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Symposium: Social reconstruction in countries of conflict

The Inter-American Development Bank on Nov. 18-20 will be the host of the first inter-regional symposium on the use of education and education reform to help achieve social reconstruction and advancement of youth and children in countries that suffered from armed conflict.

The forum will bring together specialists from Asia and Latin America who will present studies and evaluations based on social reconstruction experiences in Cambodia, Colombia, El Salvador, Guatemala, Indonesia, Laos, Peru, The Philippines and Vietnam.

The Inter-regional Symposium on the Future of Children and Youth in Countries with Conflicts: Education and Social Reconstruction in Latin America and Asia will identify best practices, lessons learned and policy implications of past experiences. An Action Plan will be drafted for future inter-regional activities and recommendations will be drawn up for international organizations.

The Japan Program of the IDB and The RISE Institute of the United States and Colombia jointly coordinated the preparation of ten case studies on exemplary policies and programs for education reform, basic education, youth and ex-combatant training and bilingual education.  They reveal innovative ways to meet the learning needs of children and youth, both during and after conflicts.  Children are disproportionately victimized by conflicts and the loss of educational opportunities.  In several of the countries included in the symposium entire generations were “lost” in terms of education development.  The majority of unschooled children in the world are living in nations with conflicts.  Without positive education experiences, traumatized children and youth often contribute to the continuation of violence.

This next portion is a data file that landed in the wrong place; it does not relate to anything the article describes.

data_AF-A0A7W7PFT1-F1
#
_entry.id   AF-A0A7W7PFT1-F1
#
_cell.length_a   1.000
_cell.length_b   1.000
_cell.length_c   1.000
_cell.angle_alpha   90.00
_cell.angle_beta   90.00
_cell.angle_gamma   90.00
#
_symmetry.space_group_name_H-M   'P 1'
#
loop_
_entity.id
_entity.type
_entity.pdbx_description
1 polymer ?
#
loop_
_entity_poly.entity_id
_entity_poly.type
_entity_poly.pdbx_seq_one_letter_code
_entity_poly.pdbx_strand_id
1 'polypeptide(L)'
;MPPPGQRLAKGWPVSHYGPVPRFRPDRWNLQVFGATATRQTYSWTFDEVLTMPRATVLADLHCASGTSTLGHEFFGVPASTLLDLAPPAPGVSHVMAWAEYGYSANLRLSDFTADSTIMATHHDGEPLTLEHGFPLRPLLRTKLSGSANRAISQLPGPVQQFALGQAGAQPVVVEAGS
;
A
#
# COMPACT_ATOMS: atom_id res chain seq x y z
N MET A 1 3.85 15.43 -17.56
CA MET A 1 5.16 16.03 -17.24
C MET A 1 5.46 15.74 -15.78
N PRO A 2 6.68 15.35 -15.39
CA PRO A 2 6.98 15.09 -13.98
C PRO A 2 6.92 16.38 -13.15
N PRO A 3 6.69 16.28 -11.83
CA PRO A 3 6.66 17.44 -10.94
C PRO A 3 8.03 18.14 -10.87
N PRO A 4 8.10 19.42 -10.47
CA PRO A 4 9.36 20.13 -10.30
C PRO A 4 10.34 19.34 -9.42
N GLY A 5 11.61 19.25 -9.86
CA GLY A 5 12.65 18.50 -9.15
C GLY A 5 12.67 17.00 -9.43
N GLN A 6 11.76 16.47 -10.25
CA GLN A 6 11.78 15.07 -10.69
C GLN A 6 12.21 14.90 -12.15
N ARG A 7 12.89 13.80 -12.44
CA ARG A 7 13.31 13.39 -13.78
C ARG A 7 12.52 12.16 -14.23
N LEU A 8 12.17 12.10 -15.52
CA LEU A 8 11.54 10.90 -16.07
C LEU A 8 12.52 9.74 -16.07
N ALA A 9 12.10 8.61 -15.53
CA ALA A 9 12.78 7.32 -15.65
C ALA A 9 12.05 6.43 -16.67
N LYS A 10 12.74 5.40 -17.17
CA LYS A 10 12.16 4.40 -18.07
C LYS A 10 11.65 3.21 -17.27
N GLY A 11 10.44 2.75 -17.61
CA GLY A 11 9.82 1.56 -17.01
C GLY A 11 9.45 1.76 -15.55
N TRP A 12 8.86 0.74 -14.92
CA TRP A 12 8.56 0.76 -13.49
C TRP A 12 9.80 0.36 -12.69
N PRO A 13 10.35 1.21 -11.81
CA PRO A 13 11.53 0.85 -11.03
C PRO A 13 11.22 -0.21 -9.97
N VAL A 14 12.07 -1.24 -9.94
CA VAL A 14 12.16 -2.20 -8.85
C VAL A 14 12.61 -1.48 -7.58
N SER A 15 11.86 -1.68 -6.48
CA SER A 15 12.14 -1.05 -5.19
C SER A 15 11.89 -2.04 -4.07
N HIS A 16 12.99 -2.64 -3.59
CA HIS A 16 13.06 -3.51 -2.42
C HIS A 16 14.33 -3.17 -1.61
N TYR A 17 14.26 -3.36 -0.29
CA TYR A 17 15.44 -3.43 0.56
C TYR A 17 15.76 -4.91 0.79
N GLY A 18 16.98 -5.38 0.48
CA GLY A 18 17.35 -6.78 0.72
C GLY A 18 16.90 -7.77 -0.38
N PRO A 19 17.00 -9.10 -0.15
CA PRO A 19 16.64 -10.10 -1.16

Examples of education programs for effective nation building include:

  • Colombia: Girls, boys and parents living in violence zones continue their education through attending virtual learning centers.
  • El Salvador: During and after the civil conflict, citizens participated in a national education reform and ex-military and guerrilla fighters received skills training together leading to peaceful relations in former guerilla strongholds.
  • Guatemala and Cambodia: Ethnic minority children and youth receive their first education through new bilingual programs that build national unity and service access.
  • Indonesia and The Philippines: Young children formerly abandoned in camps and towns in violence zones receive quality education opportunities and overcome trauma.
  • Lao PDR and Vietnam: Villages without schools now have teachers from their communities thanks to innovative multigrade and rural teacher training programs.
  • Peru: Community trainers achieve trauma healing, democracy and human rights.

The challenges of nation building during and after violent conflicts currently are the subject of intense international debate.  Some allege that little is known about how to carry out successful reforms and programs that will prevent further violence, lessen harm to children, and achieve long-term progress.  However, results from studies in nine nations of Asia and Latin America suffering from conflicts or engaged in post-conflict nation building, demonstrate that effective education and training programs are feasible and essential for successful nation building.

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